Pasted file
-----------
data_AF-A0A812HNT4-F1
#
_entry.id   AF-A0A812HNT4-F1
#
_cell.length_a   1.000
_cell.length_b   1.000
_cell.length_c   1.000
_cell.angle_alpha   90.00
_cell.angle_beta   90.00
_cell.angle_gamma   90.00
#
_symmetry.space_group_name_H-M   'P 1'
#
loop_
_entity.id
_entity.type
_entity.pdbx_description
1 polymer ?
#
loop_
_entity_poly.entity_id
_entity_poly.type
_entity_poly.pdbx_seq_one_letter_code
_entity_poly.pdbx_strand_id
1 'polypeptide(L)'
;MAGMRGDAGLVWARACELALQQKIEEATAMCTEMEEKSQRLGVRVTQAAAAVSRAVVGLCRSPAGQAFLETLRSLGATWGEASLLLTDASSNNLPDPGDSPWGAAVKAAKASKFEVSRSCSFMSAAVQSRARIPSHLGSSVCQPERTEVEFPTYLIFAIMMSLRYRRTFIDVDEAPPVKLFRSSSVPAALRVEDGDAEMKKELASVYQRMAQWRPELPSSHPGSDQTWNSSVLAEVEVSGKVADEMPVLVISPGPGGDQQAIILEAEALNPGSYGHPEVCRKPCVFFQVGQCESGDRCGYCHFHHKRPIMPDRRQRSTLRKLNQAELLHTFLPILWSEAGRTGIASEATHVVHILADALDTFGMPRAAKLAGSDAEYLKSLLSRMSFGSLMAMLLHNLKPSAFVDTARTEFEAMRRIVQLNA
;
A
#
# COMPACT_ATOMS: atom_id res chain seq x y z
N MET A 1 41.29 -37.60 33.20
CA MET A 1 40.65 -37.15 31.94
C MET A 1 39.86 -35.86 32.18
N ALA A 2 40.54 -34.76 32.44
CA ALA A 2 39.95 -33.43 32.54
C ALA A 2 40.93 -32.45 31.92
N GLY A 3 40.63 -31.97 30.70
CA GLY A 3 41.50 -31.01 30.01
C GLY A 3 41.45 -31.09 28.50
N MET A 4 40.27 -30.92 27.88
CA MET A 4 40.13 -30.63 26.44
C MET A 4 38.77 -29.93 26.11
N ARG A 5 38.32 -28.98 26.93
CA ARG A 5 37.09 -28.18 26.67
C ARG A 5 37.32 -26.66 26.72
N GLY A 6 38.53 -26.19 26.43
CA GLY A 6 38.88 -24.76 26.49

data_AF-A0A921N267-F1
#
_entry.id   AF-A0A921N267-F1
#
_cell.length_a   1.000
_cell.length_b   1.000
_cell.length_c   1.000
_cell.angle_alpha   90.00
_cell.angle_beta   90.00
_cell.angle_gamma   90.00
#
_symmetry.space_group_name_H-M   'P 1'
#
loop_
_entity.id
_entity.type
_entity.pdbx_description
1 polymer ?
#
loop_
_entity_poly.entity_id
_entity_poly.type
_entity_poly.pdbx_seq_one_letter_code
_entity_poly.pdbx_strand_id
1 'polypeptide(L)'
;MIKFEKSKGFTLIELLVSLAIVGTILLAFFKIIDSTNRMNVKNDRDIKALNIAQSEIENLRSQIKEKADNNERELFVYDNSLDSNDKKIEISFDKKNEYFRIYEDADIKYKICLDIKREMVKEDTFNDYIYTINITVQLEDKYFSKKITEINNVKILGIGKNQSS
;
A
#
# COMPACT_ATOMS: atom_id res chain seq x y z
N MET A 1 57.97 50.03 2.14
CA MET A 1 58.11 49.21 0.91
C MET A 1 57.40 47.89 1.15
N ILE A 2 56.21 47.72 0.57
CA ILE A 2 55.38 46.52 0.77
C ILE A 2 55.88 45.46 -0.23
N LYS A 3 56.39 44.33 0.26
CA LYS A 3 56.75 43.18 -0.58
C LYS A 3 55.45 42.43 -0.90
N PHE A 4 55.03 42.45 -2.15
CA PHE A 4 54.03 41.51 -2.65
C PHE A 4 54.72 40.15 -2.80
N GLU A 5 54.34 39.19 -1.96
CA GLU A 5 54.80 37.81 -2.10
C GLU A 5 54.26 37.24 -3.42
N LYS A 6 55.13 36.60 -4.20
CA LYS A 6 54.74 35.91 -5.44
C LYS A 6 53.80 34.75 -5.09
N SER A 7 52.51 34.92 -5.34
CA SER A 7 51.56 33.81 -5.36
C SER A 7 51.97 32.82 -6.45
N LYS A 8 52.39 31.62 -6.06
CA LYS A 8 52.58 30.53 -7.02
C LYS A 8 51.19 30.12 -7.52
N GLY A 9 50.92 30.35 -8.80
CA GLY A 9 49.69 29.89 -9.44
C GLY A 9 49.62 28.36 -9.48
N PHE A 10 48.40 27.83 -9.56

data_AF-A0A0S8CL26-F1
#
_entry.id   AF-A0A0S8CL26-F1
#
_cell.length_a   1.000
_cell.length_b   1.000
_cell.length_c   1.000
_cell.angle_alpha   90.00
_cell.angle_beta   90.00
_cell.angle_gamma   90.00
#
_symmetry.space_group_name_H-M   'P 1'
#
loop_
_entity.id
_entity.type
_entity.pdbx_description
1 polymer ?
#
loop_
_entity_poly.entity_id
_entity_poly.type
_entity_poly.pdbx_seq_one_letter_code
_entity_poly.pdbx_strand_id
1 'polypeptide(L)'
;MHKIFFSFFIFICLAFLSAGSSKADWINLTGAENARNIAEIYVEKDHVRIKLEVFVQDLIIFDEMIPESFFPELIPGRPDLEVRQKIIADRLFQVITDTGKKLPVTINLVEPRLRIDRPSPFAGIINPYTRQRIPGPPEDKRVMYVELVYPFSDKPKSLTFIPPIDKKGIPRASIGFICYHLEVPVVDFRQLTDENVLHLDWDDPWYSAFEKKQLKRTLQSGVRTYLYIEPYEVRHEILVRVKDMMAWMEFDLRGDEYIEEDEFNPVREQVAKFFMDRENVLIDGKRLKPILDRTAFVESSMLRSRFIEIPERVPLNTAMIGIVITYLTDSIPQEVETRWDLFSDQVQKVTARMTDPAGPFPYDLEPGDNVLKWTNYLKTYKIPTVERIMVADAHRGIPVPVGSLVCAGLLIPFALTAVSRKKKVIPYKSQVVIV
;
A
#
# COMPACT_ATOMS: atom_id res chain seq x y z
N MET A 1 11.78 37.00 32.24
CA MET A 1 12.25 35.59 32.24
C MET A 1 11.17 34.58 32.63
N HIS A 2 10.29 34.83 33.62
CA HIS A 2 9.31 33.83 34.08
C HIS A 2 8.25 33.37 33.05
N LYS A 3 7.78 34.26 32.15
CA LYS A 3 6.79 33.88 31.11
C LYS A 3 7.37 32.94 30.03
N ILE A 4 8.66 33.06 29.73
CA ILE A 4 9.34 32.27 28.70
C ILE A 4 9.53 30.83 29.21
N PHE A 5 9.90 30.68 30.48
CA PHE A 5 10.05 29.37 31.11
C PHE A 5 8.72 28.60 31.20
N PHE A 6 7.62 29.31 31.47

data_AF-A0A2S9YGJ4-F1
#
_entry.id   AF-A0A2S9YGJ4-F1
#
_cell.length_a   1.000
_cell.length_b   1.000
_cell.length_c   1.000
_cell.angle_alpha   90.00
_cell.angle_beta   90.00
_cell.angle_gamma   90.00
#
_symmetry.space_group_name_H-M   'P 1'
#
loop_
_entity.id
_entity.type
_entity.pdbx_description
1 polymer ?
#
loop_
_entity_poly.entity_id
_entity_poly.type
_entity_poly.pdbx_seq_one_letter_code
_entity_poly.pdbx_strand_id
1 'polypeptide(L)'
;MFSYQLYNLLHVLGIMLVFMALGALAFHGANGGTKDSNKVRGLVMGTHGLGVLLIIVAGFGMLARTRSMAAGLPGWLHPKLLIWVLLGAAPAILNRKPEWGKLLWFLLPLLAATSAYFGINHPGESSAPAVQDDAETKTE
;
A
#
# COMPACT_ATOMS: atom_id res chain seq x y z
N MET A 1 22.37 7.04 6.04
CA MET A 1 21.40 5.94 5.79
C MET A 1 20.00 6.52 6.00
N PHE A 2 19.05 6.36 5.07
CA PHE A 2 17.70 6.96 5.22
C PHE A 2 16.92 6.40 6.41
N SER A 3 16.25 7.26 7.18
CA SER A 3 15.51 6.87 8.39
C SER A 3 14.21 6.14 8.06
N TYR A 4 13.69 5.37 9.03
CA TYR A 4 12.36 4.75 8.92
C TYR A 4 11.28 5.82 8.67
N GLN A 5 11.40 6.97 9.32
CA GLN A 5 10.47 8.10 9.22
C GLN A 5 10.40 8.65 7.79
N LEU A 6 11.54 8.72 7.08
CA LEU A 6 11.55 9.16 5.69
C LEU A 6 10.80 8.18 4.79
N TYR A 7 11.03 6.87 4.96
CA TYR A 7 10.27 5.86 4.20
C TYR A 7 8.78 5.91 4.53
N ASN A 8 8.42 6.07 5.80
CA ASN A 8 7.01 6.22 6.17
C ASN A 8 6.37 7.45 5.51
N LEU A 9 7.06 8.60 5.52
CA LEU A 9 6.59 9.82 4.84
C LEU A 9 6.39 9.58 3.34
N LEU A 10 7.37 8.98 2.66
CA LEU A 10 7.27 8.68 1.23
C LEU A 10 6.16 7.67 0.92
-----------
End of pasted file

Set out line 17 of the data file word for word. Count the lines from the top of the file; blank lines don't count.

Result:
_entity.pdbx_description